6

I am afraid you are mixing all modern and old concepts. Moles and the concept of limiting reagents did not exist in Richter's time. It took 615 parts by weight of magnesia (MgO), for example, to neutralize 1000 parts by weight of sulfuric acid This relatively famous statement has nothing to do with law of multiple proportions but it illustrates the ...


5

The method presented by Yusuf is a simplified model, which works best for well-behaved molecules. Unfortunately in this case it presents the 'correct' result based on incorrect assumptions. (Even though I did a calculation, I am not 100% convinced this is actually the correct result in the first place.) In order for the resonance to stabilise a negative ...


4

From your comments it seems that you are looking for an approximation of a log. I wish you clarified that in the main question without mentioning calculators. It seemed you just wanted to avoid a calculator for some unknown reasons. As Poutnik states, anyone who can post here, will certainly have access to computers and hence the ability to calculate logs. ...


4

You are not going to dissolve 304 and leave the concrete. Use sandpaper to remove the surface rust as needed : Or mechanically ( cut/grind) the 304 to remove it.


3

You can take both factors (1) and (2) combined as the reasoning for the greater acidity of the former. When you are comparing stability (in thermodynamic terms) of two conjugate bases, you are basically trying to position them with respect to each other on the energy axis of the energy profile (or reaction coordinate diagram). In this case, the reaction ...


3

Naturally occuring amino acid with basic sidechain - L-Arginine: Oral supplementation with L-arginine at doses up to 15 grams daily are generally well tolerated. source here


3

This is a simple logical and semantic problem, which is not a problem at all. Your professor is right and wrong- both at the same time. He is creating a classification which does not exist and which is meaningless. Look at the word origin of electrolyte: Etymology from OED: < electro- comb. form + ancient Greek λυτός that may be dissolved, soluble (...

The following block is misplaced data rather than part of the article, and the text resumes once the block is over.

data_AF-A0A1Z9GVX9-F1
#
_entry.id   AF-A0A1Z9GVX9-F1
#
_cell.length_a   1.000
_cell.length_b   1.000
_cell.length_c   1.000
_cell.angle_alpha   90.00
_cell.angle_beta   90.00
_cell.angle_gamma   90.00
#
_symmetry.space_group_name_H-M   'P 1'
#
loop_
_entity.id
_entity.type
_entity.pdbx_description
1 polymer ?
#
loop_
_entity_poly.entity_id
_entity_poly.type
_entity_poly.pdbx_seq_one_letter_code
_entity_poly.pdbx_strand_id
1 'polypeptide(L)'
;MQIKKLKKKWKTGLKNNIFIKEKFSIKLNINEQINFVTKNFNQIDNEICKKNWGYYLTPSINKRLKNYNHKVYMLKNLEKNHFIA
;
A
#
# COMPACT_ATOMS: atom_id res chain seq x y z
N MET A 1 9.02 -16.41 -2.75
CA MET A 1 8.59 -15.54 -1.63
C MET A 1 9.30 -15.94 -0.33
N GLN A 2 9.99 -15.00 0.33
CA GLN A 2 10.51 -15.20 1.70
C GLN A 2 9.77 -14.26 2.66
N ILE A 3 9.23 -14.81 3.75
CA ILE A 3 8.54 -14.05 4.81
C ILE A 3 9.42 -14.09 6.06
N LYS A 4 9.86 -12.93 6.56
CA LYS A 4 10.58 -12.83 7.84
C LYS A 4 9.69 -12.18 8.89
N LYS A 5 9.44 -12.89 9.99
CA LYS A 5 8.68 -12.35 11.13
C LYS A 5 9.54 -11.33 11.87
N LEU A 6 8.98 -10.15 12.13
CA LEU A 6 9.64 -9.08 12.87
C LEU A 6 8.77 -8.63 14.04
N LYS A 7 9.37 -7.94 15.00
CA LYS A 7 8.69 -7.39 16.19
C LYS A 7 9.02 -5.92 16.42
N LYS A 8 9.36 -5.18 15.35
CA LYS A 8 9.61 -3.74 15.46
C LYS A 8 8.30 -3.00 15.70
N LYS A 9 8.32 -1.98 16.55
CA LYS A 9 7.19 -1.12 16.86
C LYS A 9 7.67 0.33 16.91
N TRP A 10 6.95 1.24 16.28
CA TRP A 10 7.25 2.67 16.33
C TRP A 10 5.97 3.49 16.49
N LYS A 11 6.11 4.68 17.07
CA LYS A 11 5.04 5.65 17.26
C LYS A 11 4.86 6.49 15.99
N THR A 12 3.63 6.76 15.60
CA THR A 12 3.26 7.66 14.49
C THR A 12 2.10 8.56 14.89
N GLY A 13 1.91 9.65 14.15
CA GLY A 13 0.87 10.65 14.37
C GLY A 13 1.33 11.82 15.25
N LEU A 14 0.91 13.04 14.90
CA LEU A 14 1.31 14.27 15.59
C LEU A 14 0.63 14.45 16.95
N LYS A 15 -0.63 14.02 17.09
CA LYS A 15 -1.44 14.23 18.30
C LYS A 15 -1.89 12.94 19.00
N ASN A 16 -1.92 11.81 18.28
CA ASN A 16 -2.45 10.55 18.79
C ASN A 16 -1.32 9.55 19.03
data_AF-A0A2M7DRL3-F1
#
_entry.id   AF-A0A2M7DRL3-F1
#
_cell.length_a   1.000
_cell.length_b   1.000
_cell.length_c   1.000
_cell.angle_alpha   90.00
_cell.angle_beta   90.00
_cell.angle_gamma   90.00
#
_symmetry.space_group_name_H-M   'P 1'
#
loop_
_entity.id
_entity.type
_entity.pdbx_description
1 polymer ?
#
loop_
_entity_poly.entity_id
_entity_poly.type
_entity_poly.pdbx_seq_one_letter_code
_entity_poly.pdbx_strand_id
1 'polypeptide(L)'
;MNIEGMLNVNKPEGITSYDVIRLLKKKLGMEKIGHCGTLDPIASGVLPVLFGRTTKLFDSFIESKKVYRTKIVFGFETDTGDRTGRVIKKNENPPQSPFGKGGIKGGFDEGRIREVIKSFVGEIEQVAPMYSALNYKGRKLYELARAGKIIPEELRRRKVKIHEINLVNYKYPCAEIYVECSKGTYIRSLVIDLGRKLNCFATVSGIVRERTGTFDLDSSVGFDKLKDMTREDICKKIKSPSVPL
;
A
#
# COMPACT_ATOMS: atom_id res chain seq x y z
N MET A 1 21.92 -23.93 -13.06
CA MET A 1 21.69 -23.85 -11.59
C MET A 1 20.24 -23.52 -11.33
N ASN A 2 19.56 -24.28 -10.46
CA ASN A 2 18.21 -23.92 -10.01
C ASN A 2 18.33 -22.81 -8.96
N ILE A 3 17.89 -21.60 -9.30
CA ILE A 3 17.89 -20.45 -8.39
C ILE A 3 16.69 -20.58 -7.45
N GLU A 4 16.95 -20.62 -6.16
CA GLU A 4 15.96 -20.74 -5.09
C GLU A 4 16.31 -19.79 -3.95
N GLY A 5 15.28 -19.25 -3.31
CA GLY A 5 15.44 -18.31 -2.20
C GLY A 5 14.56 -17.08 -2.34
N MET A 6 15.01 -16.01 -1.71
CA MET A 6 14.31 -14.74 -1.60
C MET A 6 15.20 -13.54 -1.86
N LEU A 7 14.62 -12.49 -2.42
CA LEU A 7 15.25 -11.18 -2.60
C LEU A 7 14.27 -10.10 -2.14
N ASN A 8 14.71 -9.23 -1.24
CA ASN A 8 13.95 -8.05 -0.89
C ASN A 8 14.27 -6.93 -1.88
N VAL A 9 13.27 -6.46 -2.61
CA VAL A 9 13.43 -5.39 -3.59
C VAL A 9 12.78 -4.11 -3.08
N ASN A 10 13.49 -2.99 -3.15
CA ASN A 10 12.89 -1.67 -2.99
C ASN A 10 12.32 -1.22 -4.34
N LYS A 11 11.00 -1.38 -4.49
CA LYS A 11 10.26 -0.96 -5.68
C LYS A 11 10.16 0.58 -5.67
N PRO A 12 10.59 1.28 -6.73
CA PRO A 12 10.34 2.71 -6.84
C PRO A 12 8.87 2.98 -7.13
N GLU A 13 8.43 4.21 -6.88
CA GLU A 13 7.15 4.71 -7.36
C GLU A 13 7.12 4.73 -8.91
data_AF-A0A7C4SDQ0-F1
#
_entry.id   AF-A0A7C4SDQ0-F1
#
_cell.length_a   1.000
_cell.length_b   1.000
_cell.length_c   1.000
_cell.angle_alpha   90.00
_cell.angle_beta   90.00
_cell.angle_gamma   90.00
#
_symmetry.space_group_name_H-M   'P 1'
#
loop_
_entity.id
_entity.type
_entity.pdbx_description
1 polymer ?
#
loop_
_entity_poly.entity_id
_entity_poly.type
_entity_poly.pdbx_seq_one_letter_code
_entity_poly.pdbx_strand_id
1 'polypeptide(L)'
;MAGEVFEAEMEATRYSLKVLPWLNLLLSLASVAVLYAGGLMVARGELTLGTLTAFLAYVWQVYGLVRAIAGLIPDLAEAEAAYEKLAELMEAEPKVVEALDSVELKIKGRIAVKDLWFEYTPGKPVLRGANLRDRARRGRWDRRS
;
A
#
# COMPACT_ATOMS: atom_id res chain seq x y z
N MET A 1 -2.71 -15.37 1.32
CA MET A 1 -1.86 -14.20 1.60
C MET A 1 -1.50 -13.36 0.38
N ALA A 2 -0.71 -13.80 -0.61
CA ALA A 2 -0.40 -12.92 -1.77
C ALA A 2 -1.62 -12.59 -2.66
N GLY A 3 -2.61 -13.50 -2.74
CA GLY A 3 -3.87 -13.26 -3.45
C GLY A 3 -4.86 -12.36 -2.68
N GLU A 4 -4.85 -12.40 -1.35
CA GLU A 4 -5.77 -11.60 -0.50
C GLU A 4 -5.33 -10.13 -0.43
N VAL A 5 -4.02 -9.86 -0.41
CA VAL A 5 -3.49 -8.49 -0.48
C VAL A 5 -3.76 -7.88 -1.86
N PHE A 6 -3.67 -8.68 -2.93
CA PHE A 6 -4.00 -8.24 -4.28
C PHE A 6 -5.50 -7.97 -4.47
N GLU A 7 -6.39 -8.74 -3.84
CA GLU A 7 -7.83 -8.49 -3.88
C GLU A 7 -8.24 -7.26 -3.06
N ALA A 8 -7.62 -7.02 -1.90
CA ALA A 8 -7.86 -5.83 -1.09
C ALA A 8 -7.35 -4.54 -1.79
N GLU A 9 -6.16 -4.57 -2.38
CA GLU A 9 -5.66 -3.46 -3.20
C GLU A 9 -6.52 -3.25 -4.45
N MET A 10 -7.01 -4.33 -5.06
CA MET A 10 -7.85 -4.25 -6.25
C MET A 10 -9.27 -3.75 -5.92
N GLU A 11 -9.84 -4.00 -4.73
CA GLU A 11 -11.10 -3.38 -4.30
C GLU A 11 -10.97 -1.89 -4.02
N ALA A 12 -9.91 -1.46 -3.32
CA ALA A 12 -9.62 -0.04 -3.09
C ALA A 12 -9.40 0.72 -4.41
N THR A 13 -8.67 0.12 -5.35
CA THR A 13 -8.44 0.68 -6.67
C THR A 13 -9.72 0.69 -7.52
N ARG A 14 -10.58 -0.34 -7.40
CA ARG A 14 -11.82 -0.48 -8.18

3

Using concentrations and not activities, user GRSousaJr presents the exact solution to the problem in equations 1-8. However the simplifications don't really seem appropriate. This is a chemistry problem, not a problem in numerical analysis to solve. The gist is that we can make some simplifications based on the number of significant figures and a knowledge ...


3

How would be the equation and the ICE table, and what is the pH of the mixture of these two solutions? There are three equations: $$\ce{HCOOH <=> H+ + HCOO-}$$ $$\ce{CH3COOH <=> H+ + CH3COO-}$$ $$\ce{H2O <=> H+ + OH-}$$ Hydroxide is a (very) minor species, so you can neglect it. As I explain below, at the pH of the mixture, the acetate ...


3

Sodium carbonate indeed dissociates in water : $$\ce{Na2CO3 <=> 2 Na+ + CO3^2-}$$ But that is just beginning, as in solutions with carbonates, bicarbonates or dissolved carbon dioxide happen multiple chemical equilibriums: ( See a lot of info at Carbonic acid on Wikipedia): Carbonate anion partially hydrolyzes in water: $$\ce{CO3^2- + H+ <=> ...


2

The conjugate base of 2-furoic acid is aromatic, but so is the acid. ' The aromaticity does not contribute to the stability of the conjugate base because the negative charge from the carboxylate anion cannot delocalize into the ring. The major resonance contributors for the carboxylate anion are: However, because of the oxygen atom, furan is an electron-...


2

Per Wikipedia on Chlorous acid to quote: The pure substance is unstable, disproportionating to hypochlorous acid (Cl oxidation state +1) and chloric acid (Cl oxidation state +5): $\ce{2 HClO2 → HClO + HClO3}$ Also, here are some interesting comments on the decomposition of chlorous acid in "Kinetics and Mechanism of the Decomposition of Chlorous ...


2

If you use about equimolar amounts of zinc and the acid, the reaction would about asymptotically converge to depletion of the substance with the lower molar amount. The white precipitate is a mark the solution is saturated with zinc sulphate heptahydrate. The solution becoming thickened by the suphate may further decrease the rate of zinc dissolution. You ...


2

WRONG SOLUTION: OP clarified that there are two separate solutions, not a mixture of the salts. Assuming: (1) that concentrations can be used instead of activities (bad assumption...) (2) The concentration of the ions $\ce{H2F-}$ and $\ce{F-}$ is so large that the final concentrations will be the same as the initial concentrations. (3) Since HF is a ...